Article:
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One topic I have only rarely touched on here in Horn Matters is something that has impacted my life and teaching in rather deep ways over the past 23 years. Out of that experience there are some deeper insights that Horn Matters readers might find applicable; at the least you will know better what makes John Ericson tick.
My son is handicapped. He was born when I was still playing full time in Nashville, James has Down syndrome and also autism. Considering the dual diagnosis, he was doing pretty well up to age 19. However, these past few years I have had to limit my travel and performing to assist at home.
Some of the problems we are helping him with are problems but also a window into the normal. For example, he has a lot of anxiety, but don’t we all have some? His is just more on the surface.
One of the first places I could see raising him was impacting me professionally was in my teaching. A key thing you do to try to help a child with Down syndrome is early intervention. You do various things to try to stimulate learning but, in the process, you also really break things down into little steps.
Little steps, breaking things down
Learning any skill is actually the result of many steps of learning. In a simple sense, we know you have to crawl before you walk before you run. But there is more to it than that.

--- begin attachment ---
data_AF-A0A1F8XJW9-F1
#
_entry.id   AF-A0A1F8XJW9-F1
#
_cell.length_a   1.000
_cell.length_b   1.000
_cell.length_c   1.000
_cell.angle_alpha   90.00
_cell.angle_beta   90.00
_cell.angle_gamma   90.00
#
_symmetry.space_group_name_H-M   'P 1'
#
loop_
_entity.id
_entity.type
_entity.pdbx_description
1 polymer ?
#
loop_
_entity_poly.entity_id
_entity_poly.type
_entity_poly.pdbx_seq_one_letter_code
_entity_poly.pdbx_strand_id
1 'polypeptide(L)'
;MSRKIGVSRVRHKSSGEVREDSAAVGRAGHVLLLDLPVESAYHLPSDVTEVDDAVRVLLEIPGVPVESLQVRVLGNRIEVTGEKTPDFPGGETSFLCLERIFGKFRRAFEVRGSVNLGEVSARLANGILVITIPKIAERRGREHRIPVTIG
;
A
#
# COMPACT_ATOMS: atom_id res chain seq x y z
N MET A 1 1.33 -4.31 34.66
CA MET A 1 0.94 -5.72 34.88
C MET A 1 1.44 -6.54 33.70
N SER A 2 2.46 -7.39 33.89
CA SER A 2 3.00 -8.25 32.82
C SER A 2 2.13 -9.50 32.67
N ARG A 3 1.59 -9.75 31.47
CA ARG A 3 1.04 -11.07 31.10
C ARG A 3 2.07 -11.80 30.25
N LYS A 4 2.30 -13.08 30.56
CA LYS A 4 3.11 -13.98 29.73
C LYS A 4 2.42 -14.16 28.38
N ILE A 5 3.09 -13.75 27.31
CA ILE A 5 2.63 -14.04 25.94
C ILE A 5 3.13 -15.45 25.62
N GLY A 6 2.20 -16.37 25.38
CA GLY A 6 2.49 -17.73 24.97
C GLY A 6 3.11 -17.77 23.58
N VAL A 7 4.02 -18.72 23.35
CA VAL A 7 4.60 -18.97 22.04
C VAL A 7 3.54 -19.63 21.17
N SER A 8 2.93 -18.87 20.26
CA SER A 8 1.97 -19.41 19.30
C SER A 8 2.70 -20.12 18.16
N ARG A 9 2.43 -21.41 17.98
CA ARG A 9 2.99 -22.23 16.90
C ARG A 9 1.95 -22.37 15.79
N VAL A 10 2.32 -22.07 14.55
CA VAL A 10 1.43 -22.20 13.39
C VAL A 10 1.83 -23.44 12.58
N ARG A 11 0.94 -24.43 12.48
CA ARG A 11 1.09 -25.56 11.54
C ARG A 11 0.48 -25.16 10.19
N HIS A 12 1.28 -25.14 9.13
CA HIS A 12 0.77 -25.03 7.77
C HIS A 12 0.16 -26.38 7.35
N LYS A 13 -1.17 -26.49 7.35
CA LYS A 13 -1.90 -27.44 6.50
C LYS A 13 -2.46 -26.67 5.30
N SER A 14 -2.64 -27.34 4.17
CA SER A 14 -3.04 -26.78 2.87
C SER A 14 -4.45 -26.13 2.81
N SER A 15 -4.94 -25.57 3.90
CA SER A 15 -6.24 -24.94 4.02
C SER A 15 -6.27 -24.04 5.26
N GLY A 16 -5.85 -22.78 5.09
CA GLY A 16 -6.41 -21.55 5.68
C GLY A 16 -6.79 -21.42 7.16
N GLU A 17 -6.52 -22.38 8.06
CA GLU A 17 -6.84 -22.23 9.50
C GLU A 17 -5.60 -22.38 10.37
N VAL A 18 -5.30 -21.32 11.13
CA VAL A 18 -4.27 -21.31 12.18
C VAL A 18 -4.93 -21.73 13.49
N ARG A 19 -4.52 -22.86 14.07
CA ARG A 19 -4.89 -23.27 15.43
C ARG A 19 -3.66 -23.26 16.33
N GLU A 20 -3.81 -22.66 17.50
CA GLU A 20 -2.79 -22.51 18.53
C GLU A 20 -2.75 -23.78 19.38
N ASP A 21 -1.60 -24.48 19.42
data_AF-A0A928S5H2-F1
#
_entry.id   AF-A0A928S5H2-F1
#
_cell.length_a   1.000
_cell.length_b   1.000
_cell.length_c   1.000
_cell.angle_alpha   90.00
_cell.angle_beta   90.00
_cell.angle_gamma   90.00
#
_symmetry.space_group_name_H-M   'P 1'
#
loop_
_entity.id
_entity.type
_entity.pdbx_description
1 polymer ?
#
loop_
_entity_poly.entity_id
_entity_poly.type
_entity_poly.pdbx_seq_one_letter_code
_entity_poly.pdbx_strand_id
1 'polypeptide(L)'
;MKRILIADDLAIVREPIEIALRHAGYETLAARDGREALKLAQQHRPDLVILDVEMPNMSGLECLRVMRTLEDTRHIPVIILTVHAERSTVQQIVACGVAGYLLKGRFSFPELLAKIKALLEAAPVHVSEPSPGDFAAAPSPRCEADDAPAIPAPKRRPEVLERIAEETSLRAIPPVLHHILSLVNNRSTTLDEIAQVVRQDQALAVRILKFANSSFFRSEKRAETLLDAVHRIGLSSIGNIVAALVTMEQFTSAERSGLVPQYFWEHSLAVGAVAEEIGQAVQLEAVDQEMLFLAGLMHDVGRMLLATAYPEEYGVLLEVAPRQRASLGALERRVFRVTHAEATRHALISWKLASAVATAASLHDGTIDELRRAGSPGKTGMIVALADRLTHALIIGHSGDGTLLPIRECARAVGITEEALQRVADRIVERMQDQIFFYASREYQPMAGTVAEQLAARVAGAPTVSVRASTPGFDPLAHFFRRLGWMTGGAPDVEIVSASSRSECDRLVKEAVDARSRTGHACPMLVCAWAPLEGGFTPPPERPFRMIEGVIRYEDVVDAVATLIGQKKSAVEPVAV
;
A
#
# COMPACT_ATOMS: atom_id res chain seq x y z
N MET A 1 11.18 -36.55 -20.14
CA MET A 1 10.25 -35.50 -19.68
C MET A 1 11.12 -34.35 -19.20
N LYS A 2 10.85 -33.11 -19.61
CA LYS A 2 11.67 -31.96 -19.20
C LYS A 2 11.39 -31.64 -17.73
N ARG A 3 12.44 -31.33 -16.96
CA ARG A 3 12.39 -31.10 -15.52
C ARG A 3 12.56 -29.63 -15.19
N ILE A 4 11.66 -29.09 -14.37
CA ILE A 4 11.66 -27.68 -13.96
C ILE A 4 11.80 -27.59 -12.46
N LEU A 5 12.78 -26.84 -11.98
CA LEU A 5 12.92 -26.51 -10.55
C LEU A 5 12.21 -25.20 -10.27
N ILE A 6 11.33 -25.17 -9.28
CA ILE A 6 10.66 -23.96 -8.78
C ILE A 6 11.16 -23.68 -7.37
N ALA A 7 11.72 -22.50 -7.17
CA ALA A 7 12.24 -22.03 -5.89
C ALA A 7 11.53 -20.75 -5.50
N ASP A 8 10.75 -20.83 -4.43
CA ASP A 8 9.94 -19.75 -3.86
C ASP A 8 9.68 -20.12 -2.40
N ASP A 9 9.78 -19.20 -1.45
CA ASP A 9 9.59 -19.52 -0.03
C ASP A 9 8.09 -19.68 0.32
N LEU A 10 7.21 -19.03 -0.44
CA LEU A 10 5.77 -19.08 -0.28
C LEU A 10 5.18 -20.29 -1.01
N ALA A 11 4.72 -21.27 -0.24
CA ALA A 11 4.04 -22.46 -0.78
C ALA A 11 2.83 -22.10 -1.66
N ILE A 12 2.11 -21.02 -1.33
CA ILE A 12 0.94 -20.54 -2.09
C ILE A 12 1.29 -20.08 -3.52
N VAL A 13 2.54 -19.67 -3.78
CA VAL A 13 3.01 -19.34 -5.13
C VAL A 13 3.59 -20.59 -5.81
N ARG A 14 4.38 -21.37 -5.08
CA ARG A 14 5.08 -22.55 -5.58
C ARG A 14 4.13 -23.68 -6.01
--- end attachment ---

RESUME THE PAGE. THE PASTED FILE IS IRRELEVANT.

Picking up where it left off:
In short if you were to compare my teaching say 25 years ago and today I am a lot more aware of breaking down the steps along the way to learning skills. I have said elsewhere in this site that one key thing that good teachers have is problem solving skills. Adding on that thought, it is not just solving problems but figuring out logical steps that can help you out of playing problems, scoping out the mechanical things that are not being done correctly, recognizing how conventional wisdom has failed the student, etc.
High ability, low ability
I recently saw (on Facebook) some references to the Dunning-Kruger effect. It was described relatively recently, 1999, but relates to the above. From the Wikipedia, “the Dunning–Kruger effect is a cognitive bias, wherein persons of low ability suffer from illusory superiority when they mistakenly assess their cognitive ability as greater than it is.” However, I think more related to us in the horn world is the following: “…the corollary to the Dunning–Kruger effect indicates that persons of high-ability tend to underestimate their relative competence, and erroneously presume that tasks that are easy for them to perform also are easy for other people to perform.”
Where this ties into James is as horn teachers we are high-ability people that generally teach people of lower ability. The potential is there that we can’t see how it is not as easy for the student as it was for us. In my case, I have spent many hours working with someone of much lower ability, breaking things down into tiny baby steps to work toward developmental goals, something I continue to do on a daily basis. This is what any good teacher has to do.
When the series returns the topic is anxiety.